science specialist. Nearly three-fourths of the assistance staffmembers
                                           are in one of the series other than evaluator, while the majority of those
                                          performing evaluator functions carry the evaluator job title.

                                          The staff providing assistance are predominantly those with computer
                                          science training. This is especially true in the regional offices, where 61
                                          percent of those providing assistance indicated that they provide pri-
                                          marily computer-related assistance. In headquarters, although many
                                          assistance staff see their role as that of providing computer-related
                                          assistance, these staff encompass a wider variety of technical and meth-
                                          odological specialties, with 22 percent of the respondents citing econom-
                                          ics as the primary area in which they provide assistance. Thus, a



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                                      SurveyofGAOTechnidStaff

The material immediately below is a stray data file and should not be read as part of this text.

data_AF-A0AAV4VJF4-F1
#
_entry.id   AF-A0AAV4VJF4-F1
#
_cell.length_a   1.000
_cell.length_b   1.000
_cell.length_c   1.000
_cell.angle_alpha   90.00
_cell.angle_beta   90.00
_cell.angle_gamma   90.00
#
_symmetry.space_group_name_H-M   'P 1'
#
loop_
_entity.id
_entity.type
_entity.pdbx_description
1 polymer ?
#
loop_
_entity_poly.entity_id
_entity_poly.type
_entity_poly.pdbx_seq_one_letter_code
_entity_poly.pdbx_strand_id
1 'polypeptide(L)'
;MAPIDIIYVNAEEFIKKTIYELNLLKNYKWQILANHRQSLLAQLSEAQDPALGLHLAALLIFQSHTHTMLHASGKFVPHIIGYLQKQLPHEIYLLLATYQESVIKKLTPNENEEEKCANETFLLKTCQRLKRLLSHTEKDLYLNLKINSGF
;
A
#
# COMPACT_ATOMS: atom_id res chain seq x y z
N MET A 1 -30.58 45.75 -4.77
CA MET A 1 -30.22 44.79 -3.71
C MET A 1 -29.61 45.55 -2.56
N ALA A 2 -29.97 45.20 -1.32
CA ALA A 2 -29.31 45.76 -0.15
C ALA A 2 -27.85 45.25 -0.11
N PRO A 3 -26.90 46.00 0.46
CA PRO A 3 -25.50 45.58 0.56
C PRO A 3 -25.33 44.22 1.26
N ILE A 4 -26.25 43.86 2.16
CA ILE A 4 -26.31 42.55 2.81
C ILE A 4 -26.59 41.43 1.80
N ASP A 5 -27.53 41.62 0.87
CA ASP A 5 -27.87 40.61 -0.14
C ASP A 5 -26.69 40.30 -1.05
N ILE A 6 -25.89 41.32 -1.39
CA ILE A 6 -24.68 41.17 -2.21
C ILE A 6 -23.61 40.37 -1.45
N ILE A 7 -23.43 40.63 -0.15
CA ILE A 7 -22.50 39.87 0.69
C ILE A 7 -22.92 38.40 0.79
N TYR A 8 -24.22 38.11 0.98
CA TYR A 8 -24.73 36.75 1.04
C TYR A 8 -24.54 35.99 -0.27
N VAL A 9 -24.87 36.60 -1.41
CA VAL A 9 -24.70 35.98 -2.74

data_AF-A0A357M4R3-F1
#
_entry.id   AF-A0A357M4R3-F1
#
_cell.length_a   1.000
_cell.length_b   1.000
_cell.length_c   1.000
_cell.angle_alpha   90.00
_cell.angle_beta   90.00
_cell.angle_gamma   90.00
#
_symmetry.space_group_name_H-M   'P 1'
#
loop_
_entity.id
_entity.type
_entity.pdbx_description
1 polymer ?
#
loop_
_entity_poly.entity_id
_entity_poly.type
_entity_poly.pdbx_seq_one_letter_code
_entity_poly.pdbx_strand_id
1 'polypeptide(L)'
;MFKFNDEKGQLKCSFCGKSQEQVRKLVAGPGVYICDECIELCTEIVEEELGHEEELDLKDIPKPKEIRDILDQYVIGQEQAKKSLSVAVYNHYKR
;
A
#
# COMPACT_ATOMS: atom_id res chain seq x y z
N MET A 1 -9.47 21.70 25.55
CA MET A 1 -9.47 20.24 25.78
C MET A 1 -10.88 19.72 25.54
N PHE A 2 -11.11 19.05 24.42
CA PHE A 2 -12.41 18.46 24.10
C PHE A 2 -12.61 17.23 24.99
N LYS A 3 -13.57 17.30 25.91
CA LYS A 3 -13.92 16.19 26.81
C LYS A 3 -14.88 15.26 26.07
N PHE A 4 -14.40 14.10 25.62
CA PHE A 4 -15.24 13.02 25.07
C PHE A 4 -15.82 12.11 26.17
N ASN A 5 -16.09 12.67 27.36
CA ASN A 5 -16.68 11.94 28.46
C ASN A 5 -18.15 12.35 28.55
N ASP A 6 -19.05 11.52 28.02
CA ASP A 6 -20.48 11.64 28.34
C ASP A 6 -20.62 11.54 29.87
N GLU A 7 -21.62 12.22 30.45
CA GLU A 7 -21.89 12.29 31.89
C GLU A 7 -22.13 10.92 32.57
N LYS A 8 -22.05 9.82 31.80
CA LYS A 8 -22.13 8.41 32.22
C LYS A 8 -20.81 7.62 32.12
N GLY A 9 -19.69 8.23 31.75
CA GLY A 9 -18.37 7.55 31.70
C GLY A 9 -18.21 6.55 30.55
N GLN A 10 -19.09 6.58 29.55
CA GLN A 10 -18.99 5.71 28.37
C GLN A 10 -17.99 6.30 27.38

master’s, and doctoral degrees. We believed that a group that, in partic-
                                      ular, might be likely to encounter problems would be those holding doc-
                                      torates. We hypothesized that, in view of the extent of their professional
                                      training, those with doctorates might have particular difficulty in
                                      adjusting to GAO'S policies and practices regarding documentation, and
                                      other aspects of work, and thus might be among the least satisfied with
                                      GAO as an employer. Therefore, we examined the responses of Ph.D.‘s
                                      separately.


Figure VI.3 Highest Academic Degree
Held
                                      50   Percent of Teehnlcal Staff



                                      40




                                      Finally, a distinction that seemed useful in examining survey responses
                                      is that of length of time in GAO. Presumably, staff who have been here
                                      for a long time would have accepted GAO'S work requirements and cul-
                                      tural norms, whereas it might be less likely that newer staff would have
                                      reached that same level of accommodation.

                                      The median length of time technical staffmembers had been with GAO
                                      when we conducted the survey was 8 years (see figure VI.4). Six percent
                                      of our survey respondents were in their first year with the agency.




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                                       Survey of GAO Technical             Staff




Figure Vl.5: Highest Academic Degree
Held, by Length of Service at GAO